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2016-08-22 07:03:40

Albion in mourning for legend Ray Barlow Express Star A Baggies statement today read: "The great Ray Barlow stands at the pinnacle of the club's story, one of a handful of truly world class footballers that Albion have produced over 130 years and more of existence." Barlow joined the Baggies as a teenager and made his debut in 1944, just two days after his 18th birthday. He went on to become the creative lynchpin of one of the club's greatest ever teams in the 1950s. After leaving The Hawthorns he also played for Birmingham and once retired he ran a tobacconist and sweet shop in West Bromwich. He later ran a post office in Stourbridge and continued to live in the town until being struck down by ill health in recent years. The club said: "There have been few passers of the ball to rank with him, not just at The Hawthorns, but in the game of football. "No less a judge than Bobby Robson called him one of the best players he ever worked with, and that was no empty compliment for Barlow lived up to the accolade time and again in his 482 games for the club. "The pinnacle came in 1953/54 when Barlow was the heartbeat of 'The Team Of The Century' that missed becoming the first team to do the league and cup double in the 20th century by a whisker, coming second in the First Division." And the tribute ended: "A quiet, retiring figure, Barlow shunned the limelight, perhaps accounting for the fact that he made just one England appearance, a scandalous statistic for a player of his incandescent brilliance. But England's loss was Albion's gain. "Ray Barlow will forever be a cornerstone of the football club, one of its true legends, one of the foundations upon which Albion are built. We will never see his like again. "Our thoughts are with his family and friends." A true legend of a wonderful era,when football truly was a beautiful game,not the money obsessed cheats circus we see today. Met Ray at a charity evening for Clive Clark some years ago,he had a lovely kind and approachable manner but what struck me more than anything was his height and that he had an almost catlike grace that even though I not seen him play suggested to me he would of been quite something to behold in his pomp! We will not see his like again. Condolences to his family and friends. I saw him play his first game. The previous week, a kid named Ball and Ray had scored about 13 goals in a reserve match. From memory only here, we lost 2 0 to Walsall and it was February 1945. alongside, so it didn work really. He played some games at inside left and had a good shot on him, later moving back to left half. In later parts of his career he also played centre half. I would never try to choose my favourite between him and Ronnie Allen, I idolised both. Something the great players have is magnetism, the ball seems to be attracted to them and it sticks once it arrives. Ray had that in abundance. I also had the great pleasure of speaking to him as we went in The Halfords, around 1998 I think. I told his son to take great care of him, he was precious. Too young to remember Ray but know my Dad and particularly my late Grandad held him in the highest esteem. A wonderful player from a time well before football became tainted by money and greed, where Ray Ban RB3460 Aviator Flip Out Sunglasses Silver Frame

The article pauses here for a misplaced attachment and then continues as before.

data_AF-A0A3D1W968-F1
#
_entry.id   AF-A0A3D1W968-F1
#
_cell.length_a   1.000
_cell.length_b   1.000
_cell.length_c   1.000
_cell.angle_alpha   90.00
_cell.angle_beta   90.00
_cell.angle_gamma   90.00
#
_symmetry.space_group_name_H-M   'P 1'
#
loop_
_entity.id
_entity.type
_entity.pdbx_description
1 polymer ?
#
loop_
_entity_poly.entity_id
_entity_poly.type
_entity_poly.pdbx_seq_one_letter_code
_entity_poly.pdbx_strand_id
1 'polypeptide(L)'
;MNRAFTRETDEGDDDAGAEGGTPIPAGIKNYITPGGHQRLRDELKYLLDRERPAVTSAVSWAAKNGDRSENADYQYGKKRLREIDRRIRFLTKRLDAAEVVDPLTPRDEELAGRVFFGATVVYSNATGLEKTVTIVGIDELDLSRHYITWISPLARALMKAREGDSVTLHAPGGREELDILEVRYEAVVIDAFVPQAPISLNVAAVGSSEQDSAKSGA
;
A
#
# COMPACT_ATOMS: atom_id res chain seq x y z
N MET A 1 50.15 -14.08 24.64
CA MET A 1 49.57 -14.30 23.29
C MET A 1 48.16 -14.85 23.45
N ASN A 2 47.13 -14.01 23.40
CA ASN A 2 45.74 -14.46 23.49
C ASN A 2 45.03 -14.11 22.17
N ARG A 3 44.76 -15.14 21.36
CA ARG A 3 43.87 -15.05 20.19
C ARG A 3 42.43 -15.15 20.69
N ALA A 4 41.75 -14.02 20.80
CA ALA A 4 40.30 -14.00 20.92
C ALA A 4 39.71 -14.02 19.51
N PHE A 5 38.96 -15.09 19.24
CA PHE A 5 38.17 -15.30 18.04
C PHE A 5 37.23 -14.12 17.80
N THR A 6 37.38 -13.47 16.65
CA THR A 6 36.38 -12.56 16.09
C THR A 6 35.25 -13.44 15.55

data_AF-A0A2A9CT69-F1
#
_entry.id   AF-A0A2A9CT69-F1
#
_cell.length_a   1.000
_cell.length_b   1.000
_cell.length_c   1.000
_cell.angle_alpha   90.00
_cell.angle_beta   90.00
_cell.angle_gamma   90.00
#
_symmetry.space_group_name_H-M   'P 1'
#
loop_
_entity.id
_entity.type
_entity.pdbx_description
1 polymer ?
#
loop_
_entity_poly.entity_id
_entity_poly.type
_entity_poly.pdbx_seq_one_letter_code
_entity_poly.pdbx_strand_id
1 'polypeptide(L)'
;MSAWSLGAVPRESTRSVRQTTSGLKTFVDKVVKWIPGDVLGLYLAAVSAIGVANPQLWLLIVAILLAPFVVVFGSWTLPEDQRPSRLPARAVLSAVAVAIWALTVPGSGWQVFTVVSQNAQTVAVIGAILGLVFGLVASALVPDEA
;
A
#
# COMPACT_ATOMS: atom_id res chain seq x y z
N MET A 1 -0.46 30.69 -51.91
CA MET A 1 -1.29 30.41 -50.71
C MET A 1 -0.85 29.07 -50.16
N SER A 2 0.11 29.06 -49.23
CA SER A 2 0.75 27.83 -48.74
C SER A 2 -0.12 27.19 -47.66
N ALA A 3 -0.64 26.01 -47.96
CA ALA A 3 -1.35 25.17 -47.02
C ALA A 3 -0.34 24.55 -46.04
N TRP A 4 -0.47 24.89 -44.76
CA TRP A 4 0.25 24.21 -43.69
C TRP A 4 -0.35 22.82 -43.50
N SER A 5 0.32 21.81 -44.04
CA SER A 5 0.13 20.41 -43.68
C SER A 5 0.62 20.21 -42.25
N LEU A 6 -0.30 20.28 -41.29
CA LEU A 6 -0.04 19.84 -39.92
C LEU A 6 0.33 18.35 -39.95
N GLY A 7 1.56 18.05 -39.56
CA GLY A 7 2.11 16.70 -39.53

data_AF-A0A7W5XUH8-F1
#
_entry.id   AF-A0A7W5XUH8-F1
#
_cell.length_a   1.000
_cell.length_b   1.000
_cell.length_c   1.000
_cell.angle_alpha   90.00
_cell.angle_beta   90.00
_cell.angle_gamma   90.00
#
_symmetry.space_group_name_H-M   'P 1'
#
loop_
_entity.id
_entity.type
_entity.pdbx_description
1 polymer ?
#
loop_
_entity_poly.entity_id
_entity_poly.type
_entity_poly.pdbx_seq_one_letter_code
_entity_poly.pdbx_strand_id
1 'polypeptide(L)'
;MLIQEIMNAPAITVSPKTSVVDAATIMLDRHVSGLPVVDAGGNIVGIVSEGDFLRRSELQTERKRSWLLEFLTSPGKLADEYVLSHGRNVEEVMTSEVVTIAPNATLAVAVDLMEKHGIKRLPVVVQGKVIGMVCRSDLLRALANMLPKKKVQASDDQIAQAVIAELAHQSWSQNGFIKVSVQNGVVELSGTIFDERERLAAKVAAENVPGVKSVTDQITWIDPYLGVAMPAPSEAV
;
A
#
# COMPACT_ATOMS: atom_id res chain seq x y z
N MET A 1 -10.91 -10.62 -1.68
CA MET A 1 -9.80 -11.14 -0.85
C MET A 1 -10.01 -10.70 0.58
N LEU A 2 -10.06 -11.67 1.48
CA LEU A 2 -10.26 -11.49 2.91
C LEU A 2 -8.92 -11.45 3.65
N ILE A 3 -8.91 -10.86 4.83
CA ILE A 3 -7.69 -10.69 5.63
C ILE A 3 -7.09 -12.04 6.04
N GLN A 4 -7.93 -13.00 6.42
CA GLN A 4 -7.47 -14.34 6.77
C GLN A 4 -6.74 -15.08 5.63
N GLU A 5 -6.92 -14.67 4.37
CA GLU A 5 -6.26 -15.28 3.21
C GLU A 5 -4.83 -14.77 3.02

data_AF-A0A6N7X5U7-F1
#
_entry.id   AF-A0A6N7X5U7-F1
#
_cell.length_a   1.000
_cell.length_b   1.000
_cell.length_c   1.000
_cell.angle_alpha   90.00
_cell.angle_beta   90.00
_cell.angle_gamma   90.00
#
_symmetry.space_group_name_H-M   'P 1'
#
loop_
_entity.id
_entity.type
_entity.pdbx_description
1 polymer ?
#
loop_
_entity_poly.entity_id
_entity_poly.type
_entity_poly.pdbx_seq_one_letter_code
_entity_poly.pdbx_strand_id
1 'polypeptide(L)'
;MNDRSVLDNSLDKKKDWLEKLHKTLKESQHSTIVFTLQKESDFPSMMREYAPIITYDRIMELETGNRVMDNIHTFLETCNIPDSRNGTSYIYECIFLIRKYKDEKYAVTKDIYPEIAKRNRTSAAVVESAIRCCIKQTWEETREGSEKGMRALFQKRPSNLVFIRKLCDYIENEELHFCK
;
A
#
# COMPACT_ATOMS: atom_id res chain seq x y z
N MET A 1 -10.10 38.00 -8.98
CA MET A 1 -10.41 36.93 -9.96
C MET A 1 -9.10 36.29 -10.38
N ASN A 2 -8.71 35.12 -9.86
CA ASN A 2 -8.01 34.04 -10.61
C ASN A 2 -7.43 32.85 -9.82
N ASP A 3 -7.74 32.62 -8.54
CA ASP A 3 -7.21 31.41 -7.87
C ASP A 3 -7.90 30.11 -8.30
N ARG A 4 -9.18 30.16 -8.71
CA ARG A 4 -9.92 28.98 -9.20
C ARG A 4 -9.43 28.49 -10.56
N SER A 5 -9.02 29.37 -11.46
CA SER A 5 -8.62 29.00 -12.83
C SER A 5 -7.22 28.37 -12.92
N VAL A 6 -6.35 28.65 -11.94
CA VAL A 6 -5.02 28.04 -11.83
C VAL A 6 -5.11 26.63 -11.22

Ray Ban RB3460 Aviator Flip Out Sunglasses Silver Frame players played with pride and honour, Ray commanded respect from such greats of the game as Bobby Moore and Sir Bobby Robson. Nothing further needs to be said. To have won only one England cap is nothing far short of scandalous, but as Baggies fans we can unfortunately relate to that on numerous counts. However, we know how to commemorate our own and the fact that Ray was voted in the top 16 players in Albion great history proves what a significant figure he was. I must also say well done and thanks to all of the Wolves fans on this site remembering one of our greatest with their kind words, particularly at a time when their club is in such turmoil. It just proves that despite our great, and sometimes over intense rivalry, somewhere deep inside there is a mutual respect. God bless Ray, an Albion legend and above all, a true Gent. On 25th September 1954 I saw my first Albion game at The Hawthorns. Why? He was tall, blondish, moved elegantly, seemed THE PLAYER TO WATCH, stroked the ball round effortlessly, could tackle, cover, move forward and create and score goals, and apart from Bobby Robson Bobby Moore comments about him, I believe TOM FINNEY said BARLOW was the greatest player he ever played against.

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